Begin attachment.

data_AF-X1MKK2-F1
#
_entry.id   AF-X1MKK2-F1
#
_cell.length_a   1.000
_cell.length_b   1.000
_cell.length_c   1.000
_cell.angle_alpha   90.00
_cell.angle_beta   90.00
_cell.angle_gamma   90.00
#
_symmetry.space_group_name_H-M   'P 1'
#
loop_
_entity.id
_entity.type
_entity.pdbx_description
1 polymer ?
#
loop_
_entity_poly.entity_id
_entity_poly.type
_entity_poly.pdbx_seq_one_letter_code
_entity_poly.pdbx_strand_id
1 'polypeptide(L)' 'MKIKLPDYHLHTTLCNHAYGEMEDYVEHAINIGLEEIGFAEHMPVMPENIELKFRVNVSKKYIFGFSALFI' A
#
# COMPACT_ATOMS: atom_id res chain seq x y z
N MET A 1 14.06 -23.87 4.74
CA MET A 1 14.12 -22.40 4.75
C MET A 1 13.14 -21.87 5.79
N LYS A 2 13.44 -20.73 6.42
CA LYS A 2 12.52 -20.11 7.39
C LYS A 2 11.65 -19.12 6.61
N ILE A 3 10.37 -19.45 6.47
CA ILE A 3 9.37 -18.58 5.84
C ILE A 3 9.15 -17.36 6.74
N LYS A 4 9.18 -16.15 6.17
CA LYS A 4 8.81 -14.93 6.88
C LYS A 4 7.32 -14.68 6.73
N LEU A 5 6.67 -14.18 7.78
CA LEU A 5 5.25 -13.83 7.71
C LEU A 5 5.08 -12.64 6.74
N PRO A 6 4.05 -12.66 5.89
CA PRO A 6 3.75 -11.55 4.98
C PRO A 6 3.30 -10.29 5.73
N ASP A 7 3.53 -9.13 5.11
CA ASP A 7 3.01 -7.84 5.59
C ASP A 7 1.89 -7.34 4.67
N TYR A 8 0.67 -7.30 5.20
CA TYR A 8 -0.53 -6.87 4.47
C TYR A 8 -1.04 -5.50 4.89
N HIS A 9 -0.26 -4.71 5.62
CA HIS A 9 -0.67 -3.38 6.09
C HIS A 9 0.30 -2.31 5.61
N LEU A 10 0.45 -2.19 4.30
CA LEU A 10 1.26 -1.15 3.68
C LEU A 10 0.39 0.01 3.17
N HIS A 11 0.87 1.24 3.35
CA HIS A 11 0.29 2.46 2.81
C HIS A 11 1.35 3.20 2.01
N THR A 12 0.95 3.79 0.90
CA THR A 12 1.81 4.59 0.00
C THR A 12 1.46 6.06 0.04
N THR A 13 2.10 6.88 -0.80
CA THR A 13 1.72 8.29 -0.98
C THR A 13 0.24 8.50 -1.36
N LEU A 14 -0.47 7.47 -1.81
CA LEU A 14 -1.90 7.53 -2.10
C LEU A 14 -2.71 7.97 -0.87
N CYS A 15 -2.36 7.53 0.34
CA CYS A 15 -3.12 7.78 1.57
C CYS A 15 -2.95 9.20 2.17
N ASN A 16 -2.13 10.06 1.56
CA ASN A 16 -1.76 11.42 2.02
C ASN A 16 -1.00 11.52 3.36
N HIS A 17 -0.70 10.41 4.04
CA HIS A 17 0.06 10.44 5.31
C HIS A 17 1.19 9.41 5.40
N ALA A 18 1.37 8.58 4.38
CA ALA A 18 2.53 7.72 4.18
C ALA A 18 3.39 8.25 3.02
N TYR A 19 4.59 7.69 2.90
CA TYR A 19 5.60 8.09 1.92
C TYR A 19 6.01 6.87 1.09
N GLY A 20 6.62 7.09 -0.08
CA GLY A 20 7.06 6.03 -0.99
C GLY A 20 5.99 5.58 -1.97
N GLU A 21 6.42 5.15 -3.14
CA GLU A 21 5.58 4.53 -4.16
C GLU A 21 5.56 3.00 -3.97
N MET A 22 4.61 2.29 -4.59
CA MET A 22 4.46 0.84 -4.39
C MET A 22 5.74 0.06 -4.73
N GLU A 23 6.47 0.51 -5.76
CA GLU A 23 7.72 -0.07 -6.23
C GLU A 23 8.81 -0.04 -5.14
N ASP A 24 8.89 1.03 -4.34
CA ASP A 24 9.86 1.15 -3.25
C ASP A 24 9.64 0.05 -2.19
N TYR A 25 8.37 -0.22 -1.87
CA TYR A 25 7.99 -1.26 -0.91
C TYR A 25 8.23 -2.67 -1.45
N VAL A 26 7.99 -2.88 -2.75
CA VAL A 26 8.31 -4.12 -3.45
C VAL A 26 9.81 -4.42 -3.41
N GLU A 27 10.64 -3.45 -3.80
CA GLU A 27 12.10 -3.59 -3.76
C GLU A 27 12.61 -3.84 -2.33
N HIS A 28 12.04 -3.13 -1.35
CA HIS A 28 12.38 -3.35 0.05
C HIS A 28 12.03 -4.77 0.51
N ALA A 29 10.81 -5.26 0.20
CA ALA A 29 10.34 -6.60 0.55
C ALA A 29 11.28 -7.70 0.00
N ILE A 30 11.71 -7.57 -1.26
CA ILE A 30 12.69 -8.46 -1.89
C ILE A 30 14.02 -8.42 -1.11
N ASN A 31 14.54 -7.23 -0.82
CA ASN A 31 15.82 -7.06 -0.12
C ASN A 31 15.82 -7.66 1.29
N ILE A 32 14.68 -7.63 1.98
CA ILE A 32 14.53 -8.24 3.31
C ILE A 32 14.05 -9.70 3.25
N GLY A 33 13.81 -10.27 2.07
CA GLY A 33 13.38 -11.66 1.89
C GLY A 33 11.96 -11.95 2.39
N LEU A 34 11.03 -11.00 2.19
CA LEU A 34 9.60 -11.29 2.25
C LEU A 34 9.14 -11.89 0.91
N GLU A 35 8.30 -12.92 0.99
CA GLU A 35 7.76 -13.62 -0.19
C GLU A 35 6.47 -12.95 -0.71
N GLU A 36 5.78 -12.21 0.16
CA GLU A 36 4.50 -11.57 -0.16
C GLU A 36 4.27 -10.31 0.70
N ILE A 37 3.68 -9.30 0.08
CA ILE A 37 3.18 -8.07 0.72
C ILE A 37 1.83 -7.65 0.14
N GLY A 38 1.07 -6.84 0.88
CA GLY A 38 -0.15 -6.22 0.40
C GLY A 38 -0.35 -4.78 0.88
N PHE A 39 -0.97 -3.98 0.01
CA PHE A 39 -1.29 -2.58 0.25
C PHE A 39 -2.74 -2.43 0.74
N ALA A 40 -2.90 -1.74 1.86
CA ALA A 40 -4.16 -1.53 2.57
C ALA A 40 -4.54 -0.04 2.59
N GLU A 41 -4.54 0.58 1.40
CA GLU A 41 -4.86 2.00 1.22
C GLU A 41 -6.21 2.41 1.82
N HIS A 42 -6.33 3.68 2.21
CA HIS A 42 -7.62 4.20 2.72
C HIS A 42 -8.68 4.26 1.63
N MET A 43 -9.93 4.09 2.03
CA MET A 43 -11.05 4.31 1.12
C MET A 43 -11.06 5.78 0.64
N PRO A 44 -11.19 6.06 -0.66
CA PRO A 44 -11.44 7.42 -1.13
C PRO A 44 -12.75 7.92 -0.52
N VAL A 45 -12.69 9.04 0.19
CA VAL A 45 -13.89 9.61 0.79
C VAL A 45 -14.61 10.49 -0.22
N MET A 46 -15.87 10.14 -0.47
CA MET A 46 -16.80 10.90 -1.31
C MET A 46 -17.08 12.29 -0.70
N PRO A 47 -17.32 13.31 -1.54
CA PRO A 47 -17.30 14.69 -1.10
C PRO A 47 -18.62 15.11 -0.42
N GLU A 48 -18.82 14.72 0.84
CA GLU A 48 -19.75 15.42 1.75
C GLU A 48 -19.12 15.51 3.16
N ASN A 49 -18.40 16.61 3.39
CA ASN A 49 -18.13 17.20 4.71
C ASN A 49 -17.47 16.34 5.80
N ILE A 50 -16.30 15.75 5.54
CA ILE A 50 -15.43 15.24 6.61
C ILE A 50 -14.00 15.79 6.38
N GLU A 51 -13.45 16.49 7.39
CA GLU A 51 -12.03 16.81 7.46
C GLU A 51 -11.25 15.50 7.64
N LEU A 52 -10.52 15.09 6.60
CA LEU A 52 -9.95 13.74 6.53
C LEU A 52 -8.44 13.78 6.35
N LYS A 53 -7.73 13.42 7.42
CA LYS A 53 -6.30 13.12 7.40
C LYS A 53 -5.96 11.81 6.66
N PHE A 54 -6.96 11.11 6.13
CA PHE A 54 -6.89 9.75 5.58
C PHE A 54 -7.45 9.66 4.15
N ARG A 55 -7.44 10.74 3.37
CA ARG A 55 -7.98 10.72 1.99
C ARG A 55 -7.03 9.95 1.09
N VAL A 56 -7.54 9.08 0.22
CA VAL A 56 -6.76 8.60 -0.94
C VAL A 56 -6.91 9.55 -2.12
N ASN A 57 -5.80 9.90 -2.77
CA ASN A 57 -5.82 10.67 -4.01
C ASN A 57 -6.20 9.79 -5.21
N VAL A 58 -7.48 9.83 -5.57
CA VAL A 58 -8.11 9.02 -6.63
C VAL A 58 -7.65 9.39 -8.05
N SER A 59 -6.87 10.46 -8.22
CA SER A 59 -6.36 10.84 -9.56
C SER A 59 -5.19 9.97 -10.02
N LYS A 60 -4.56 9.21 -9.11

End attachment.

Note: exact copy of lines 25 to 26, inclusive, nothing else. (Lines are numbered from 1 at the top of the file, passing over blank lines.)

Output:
1 'polypeptide(L)' 'MKIKLPDYHLHTTLCNHAYGEMEDYVEHAINIGLEEIGFAEHMPVMPENIELKFRVNVSKKYIFGFSALFI' A
#